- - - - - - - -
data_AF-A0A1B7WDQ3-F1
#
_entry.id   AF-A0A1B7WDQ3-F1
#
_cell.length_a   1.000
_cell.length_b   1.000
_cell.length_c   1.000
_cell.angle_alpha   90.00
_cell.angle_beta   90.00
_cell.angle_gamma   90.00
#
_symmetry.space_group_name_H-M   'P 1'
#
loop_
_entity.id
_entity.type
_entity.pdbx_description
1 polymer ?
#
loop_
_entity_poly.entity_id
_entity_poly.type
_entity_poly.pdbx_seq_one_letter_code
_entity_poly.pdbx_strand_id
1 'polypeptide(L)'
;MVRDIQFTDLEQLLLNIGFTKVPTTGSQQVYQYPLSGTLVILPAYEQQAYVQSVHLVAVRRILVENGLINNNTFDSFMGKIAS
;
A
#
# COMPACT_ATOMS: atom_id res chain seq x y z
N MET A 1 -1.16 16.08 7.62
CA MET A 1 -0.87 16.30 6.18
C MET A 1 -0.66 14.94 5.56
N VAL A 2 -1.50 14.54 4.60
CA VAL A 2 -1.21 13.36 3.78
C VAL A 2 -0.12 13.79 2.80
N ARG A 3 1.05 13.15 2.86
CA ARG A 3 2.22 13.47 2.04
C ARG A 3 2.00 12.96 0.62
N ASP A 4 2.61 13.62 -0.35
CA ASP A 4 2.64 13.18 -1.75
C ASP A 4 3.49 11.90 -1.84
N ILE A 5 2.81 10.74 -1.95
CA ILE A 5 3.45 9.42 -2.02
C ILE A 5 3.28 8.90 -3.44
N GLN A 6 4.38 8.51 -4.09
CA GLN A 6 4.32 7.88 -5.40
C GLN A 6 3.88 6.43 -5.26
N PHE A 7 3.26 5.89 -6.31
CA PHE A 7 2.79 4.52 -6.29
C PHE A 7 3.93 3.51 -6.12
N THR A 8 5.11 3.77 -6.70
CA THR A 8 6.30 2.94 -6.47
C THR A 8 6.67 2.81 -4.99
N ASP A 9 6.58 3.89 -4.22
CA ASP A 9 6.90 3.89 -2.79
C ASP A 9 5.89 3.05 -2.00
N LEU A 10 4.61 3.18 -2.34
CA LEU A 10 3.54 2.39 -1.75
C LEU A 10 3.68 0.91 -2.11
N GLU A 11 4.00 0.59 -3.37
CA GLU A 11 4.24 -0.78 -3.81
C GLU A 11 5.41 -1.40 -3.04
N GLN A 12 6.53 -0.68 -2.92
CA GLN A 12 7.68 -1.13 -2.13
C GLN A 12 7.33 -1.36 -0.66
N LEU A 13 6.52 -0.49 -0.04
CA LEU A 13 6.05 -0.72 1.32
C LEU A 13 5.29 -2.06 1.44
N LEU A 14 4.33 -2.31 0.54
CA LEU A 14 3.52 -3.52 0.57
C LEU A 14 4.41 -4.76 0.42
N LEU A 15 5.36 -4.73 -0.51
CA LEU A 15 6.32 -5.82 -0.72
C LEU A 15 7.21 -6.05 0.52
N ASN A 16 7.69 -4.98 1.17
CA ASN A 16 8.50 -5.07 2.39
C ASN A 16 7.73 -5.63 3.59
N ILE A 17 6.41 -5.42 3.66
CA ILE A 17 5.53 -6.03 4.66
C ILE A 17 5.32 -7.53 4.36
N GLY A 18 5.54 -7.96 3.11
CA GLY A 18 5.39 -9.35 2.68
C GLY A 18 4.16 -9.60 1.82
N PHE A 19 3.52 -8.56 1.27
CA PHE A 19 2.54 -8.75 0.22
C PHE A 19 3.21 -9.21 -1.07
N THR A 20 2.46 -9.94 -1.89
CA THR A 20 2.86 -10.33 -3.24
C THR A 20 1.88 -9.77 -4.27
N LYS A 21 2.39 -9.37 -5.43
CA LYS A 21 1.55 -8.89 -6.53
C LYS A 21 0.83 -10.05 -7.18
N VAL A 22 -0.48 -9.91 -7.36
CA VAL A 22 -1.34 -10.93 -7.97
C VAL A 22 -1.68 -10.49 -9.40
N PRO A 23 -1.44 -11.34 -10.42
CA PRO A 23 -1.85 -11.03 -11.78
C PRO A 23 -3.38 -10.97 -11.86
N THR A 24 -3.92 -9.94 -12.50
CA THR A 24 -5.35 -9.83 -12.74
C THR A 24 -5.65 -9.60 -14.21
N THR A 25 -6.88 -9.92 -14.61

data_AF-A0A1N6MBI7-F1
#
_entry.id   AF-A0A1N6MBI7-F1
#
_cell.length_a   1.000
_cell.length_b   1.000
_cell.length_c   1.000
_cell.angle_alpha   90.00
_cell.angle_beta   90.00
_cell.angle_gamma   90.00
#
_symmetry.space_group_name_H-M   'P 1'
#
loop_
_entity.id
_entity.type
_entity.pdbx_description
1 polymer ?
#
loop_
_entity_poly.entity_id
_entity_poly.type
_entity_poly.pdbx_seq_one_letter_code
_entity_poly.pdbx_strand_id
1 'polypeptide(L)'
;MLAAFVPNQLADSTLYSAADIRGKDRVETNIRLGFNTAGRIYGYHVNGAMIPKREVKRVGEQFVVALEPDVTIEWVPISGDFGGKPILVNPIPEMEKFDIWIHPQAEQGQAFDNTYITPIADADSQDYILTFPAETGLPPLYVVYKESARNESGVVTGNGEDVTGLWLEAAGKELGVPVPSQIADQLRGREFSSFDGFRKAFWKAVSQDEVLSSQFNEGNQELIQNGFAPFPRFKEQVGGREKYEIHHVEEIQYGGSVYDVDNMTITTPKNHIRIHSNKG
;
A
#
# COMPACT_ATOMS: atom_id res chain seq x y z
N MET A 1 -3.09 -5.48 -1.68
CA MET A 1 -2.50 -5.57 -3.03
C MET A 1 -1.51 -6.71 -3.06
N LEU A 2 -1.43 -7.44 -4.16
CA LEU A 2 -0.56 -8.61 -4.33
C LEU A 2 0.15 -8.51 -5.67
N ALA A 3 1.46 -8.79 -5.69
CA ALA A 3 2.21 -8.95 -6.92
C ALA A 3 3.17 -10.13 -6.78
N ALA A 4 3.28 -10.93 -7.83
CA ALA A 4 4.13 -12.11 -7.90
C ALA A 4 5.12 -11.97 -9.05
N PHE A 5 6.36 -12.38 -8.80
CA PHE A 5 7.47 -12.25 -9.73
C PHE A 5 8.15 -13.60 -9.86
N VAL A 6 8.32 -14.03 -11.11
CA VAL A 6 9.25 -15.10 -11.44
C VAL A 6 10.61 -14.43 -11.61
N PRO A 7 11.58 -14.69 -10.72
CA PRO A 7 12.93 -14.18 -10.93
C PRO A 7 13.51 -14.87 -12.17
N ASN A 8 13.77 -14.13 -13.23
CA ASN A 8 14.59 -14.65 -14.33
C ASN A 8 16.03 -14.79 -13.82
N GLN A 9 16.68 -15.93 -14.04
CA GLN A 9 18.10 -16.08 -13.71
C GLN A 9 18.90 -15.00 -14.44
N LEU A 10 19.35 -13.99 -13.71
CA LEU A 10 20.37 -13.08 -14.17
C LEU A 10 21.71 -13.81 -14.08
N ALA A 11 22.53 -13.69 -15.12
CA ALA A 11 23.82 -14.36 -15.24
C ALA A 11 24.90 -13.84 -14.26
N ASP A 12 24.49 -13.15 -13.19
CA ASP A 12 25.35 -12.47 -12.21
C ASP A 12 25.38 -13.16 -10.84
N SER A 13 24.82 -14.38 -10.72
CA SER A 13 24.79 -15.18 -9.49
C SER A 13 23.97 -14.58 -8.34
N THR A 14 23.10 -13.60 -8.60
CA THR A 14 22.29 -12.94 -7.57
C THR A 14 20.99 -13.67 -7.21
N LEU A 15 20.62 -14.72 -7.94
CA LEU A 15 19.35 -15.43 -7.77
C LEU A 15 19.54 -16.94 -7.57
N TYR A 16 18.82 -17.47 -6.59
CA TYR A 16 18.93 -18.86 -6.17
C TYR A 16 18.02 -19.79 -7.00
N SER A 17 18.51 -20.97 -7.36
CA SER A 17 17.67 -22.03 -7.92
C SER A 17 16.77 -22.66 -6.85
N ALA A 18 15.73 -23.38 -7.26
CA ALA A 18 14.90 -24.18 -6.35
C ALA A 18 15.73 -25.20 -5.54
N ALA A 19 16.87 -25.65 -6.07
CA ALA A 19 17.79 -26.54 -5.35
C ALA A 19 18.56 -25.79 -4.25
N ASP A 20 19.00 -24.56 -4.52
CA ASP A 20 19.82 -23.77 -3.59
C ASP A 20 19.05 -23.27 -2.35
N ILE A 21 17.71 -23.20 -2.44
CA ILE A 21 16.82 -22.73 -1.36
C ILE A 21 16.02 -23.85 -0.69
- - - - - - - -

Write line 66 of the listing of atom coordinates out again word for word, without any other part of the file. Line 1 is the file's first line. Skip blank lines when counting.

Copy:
C GLN A 12 7.33 -1.36 -0.66